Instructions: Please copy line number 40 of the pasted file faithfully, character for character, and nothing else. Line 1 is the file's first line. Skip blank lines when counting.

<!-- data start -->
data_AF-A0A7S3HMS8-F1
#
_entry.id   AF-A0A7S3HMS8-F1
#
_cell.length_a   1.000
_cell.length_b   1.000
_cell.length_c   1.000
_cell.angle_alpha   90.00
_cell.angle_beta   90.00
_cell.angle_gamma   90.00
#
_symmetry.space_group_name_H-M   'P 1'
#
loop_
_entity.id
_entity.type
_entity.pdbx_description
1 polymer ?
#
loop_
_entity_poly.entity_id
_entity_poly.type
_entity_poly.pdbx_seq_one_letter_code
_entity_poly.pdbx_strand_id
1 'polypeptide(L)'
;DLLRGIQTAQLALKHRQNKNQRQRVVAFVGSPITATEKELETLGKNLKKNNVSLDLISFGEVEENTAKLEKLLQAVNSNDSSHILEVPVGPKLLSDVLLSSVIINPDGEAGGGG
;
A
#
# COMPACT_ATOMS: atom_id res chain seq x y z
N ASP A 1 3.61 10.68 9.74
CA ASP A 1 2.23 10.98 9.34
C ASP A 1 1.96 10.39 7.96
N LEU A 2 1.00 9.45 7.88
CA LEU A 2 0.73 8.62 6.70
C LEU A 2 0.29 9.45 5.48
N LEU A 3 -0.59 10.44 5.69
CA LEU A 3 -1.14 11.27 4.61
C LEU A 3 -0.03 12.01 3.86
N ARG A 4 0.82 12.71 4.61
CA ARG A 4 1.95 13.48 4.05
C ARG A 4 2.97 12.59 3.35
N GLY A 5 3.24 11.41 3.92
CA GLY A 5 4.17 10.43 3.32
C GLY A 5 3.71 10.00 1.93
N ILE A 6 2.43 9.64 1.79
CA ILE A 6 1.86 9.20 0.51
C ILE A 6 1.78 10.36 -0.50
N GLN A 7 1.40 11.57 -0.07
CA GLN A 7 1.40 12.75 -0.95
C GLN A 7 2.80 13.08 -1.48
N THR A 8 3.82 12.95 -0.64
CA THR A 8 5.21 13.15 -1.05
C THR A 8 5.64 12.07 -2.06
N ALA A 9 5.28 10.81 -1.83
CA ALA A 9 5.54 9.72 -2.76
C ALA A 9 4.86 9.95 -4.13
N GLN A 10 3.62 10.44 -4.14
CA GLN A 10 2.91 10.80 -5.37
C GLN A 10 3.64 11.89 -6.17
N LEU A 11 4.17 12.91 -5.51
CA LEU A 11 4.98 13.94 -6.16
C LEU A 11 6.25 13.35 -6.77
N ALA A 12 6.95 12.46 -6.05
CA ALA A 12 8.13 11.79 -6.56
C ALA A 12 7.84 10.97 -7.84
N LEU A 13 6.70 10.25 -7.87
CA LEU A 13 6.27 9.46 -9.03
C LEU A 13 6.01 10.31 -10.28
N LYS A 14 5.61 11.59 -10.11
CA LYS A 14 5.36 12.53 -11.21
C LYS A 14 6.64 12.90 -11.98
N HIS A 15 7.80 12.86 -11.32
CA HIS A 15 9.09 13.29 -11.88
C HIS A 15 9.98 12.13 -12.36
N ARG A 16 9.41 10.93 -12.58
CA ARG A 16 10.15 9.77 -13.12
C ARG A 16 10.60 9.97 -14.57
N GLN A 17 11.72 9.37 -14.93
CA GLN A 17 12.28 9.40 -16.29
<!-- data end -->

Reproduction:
N ARG A 4 0.82 12.71 4.61